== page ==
I just keep experimenting. There's a couple other jars keeping the mustard greens company on the counter. There's a jar of Terremoto squash that's been going a while. I tested a piece of squash the other day and found it to be still firm and getting tasty. And my other experiment is with wedges of Meyer lemons. I find traditional Moroccan preserved lemons to be too salty so I've got them fermenting in a simple 2.5% brine solution flavored with a couple of peppers (1 Joe's Giant Aji and 1 ripe Jalapeno) along with a few cloves of garlic. 

What can I ferment next? Dang, there's just not much in the garden right now. Damn voles.


  1. I got a big laugh out of this. Damn voles, indeed. Greedy ol' things!
    I cut a big bunch of greens for salad tonight -- microgreens, romaine, Nevada lettuce, red giant mustard, sorrel. First big pickin's. It was so good. Added sunflower seeds and Soy Vay Spicy and Sweet Chili Heat. You are so much more ambitious and energetic than I am. Expecting rain on Saturday.

    1. It's supposed to rain here too. The salad does sound good! Home grown fresh salad greens are just the best. The voles spared the lettuce, mostly, so we've been enjoying salads too.

  2. Replies
    1. Those are yummy in salads. They're supposed to make good pickles but I prefer them fresh.

  3. Hah - you've caught the fermenting bug! I've been wanting to try the fermented mustard greens and I have plants started now for Pink Lettucy and a few others I got from Wild Garden Seeds. The salting and wilting of the mustard leaves sounds like the first step I use to make cabbage kimchi. I had a bowl of it last week for a side dish, from some I made last July from the spring sown napa cabbage. It was still tasty and wonderful. It was also not too hot, since I used less hot pepper than most recipes call for.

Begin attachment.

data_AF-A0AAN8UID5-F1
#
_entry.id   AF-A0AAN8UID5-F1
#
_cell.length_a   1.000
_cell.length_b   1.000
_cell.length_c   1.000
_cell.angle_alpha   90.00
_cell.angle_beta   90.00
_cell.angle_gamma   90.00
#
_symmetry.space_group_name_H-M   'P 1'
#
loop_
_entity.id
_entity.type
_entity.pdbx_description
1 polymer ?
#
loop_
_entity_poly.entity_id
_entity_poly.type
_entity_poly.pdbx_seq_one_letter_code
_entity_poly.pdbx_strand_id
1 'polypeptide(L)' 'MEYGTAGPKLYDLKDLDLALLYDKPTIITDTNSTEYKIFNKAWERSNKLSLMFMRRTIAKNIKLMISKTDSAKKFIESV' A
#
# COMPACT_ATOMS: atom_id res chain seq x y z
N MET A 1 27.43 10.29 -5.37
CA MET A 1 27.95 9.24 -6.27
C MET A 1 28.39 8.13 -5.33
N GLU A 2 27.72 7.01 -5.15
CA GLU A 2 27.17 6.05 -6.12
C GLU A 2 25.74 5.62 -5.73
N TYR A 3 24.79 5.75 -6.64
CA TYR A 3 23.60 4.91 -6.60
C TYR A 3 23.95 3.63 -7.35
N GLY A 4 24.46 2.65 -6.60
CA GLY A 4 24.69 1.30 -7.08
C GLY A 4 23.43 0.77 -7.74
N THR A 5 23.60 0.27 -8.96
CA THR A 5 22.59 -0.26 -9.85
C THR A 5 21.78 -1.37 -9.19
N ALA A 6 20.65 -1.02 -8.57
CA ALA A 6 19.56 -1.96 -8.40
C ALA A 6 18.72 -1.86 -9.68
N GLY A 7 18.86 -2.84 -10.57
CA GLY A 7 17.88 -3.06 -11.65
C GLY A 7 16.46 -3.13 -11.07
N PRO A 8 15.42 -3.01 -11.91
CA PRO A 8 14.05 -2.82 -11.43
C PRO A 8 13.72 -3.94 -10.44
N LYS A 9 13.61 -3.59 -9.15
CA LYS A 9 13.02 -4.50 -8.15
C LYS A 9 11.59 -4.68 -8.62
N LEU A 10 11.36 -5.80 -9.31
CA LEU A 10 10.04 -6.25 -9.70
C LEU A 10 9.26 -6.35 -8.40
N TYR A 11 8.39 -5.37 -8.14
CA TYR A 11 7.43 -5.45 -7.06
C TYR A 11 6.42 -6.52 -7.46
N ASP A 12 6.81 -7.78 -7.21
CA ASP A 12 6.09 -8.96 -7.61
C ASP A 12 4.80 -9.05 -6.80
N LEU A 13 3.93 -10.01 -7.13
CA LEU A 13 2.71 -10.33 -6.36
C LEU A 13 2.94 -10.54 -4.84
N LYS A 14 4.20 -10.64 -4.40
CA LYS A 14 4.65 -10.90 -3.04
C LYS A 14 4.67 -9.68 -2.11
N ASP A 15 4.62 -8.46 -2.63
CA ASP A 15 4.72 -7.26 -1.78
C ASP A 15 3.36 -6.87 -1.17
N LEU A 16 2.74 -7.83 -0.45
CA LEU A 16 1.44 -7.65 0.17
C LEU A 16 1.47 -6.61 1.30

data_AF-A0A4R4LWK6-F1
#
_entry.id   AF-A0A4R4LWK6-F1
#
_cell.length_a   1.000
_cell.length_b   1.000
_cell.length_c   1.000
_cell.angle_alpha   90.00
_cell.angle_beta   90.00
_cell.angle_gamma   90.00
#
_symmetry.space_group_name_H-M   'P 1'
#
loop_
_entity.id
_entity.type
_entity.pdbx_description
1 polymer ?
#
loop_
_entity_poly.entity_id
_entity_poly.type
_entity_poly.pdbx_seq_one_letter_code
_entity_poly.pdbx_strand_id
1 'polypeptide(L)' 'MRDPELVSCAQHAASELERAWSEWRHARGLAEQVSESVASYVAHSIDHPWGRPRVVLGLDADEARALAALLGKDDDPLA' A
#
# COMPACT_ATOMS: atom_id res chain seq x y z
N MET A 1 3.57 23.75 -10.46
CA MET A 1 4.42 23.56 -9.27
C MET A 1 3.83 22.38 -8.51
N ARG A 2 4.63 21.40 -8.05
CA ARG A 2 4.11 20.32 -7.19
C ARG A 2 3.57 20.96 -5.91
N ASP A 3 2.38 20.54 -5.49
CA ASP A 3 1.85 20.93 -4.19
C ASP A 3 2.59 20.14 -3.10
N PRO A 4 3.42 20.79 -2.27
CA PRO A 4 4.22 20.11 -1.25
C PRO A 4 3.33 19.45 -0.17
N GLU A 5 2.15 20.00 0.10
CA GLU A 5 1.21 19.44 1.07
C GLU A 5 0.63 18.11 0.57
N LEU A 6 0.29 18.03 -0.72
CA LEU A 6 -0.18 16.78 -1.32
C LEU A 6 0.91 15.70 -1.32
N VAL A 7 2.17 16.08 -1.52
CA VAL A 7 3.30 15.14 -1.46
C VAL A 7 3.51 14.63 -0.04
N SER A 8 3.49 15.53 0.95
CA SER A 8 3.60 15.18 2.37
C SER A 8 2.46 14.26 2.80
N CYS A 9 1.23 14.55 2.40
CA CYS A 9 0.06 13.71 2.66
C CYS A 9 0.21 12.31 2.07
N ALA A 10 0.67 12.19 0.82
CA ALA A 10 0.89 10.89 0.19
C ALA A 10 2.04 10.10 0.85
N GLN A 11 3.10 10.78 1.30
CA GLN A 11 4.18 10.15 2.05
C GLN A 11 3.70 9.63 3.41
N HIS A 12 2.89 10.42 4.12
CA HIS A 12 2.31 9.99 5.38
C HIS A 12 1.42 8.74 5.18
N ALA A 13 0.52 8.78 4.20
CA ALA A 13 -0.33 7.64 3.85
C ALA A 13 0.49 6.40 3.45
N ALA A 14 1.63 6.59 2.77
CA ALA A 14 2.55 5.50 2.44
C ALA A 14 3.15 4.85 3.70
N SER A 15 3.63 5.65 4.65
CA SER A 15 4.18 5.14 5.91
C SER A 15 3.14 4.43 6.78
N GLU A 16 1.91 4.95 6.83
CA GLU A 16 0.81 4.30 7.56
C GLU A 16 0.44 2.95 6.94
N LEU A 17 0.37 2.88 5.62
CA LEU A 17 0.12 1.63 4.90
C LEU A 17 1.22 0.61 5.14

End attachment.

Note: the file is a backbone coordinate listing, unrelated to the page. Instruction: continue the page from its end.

I also want to try Green Wave mustard, which Carol Deppe says is deer and rabbit resistant. It would be nice if I could grow it in the open and not have it eaten up by critters. It might be too hot for the fermenting treatment though.

  4. You and Dave always get me so excited to start fermenting - didn't get around to it last year, but I'm hopeful that this will be the year.

  5. I really like those fermenting lids! I googled them and they seem a bit pricey. Kraut Source right? Are they worth it? They look great.

    1. They are Kraut Source and yes they are expensive. But as you can see I've invested in three of them. They are very durable, don't react with the foods, don't absorb flavors or odors, and other than the silicone rings I can put them in the dishwasher. But what I really love about them, and this is kinda silly, is that as the foods ferment the gases push the top part up and it falls back with a "klink" which I love to hear. The downside to them is that you have to keep an eye on the open moat to be sure that the water doesn't evaporate.

      I also have another airlock system called Ferment'n which is made of plastic with an unglazed ceramic weight. The only thing that I don't like about that system is that the ceramic weight seems to absorb odors. On the other had the moat is covered so it doesn't dry out.

      I also have some glass weights that I use without an airlock system. Hmm, I suppose I could use the glass weights with the Ferment'n system, but my glass weights are pretty thick so they take up a fair amount of space in the jar. That's another nice feature of the Kraut Source, the steel plate and spring system is adjustable and allows the jars to be filled pretty full but will also hold stuff down a couple of inches.

      So yeah, they are worth it to me.

  6. It's so great seeing your little jars fermenting away. I'm hoping we have a moderate enough spring for greens this year.